All out for the 132nd May Day!

by James Markin
Today the United States is facing a series of crises. First there is the pandemic which has strangled the economy and kick-started an economic catastrophe. Then there is the housing crisis, as unpaid rent stacks up and working people across the country face the prospect of losing their homes. Just as dangerous is the jobs crisis, as the economy plummets and those furloughed have to seek work elsewhere to make ends meet. Perhaps most horrific, the state faces a crisis of its racist apparatus of repression as the unrelenting murder of black and brown people by police officers continues. There is also the crisis at the border, as the new Biden administration struggles to repel refugees fleeing the carnage that previous US governments inflicted on central America. As if that was not enough, the US is also still caught in an imperialist quagmire, as the armed forces further push back the day that they will withdraw from Afghanistan to September 11th, after 20 years and more than 43,000 civilian deaths.
In the face of a country, and indeed a world, so in crisis, it is easy to lose hope and sink into despair or defeatism. This is why it is so important for activists and militants to take time every year to reflect and regroup. It is for this purpose that since 1889 the workers’ movement around the world has marked May 1st as International Workers’ Day or May Day. On May 1st we take time to mourn those who have been taken from us, celebrate the victories that have been achieved, and steel ourselves for the battles that are to come.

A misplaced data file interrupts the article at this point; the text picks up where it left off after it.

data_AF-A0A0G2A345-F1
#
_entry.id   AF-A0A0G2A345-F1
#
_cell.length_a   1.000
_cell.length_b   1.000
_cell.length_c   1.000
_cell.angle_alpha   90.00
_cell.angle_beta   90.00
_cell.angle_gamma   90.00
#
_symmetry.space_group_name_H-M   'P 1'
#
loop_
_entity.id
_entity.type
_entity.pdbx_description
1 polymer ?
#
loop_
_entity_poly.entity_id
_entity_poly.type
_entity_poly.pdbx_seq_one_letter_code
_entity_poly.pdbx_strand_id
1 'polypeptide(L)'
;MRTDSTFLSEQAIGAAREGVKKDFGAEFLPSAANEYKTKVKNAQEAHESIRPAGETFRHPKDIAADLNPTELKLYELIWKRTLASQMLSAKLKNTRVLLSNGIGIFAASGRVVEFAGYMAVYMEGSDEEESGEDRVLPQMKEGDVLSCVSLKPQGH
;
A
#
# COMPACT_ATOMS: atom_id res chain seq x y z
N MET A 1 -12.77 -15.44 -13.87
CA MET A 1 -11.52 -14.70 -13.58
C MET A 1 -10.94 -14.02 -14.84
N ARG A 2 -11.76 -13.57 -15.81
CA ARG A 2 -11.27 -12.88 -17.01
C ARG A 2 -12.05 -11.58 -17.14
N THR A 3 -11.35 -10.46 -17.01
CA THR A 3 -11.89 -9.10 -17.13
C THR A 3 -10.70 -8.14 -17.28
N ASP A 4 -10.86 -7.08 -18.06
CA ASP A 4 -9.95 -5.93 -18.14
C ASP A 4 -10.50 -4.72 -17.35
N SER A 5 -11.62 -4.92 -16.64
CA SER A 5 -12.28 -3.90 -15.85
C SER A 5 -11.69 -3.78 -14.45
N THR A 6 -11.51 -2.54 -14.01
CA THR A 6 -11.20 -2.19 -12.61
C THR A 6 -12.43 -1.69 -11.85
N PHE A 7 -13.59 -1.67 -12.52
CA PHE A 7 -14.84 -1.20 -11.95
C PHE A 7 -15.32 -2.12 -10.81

This day, although inaugurated by the international workers movement, has its origins in the United States. In the 1860s, workers all around the world were struggling for limits on the number of hours they could be forced to toil by their bosses. In place of a work schedule entirely dictated by employers, worker activists, socialists, and anarchists of all stripes sought to impose a strict limit of 8 hours of work per day. Here in the United States, that demand fell on deaf ears until workers took action. On May 1st, 1886 a general strike was proclaimed by labor organizations across the country. Hundreds of thousands of workers went out on strike demanding an 8-hour work day in all of the major industrial centers of the country. The most famous events of this strike would take place in Chicago, where tens of thousands marched down Michigan Avenue led by the well-known and respected anarchist leaders, Albert and Lucy Parsons. As the government and industrialists showed no signs of conceding an 8-hour work day, the strike continued and by May 3rd police and hired goons tried to break the picket lines by force, killing striking workers. Horrified by these killings, the anarchists organized a rally of workers against police violence for the next day. As the anarchists peacefully addressed the crowd from on top of a platform in the busy Haymarket Square, police came forward and ordered it to disperse. As the police moved in, someone threw a bomb at their feet, killing seven policemen. The crowd scattered, and police opened fire as workers ran, killing four, before arresting the anarchists who had organized the rally. Despite being up on the stage in full view of thousands of people when the bomb was thrown, the police chose the anarchists as scapegoats and pinned the bomb attack solely on them. Kangaroo courts were quickly organized, and seven of the anarchist leaders, including some who had not even been present at Haymarket Square, were sentenced to death. It was in the memory of the Haymarket martyrs that the founders of the Second International chose May 1st to be International Workers Day. The Haymarket affair embodies both the great sacrifices made by workers in struggle and the power that the working class has to transform the world.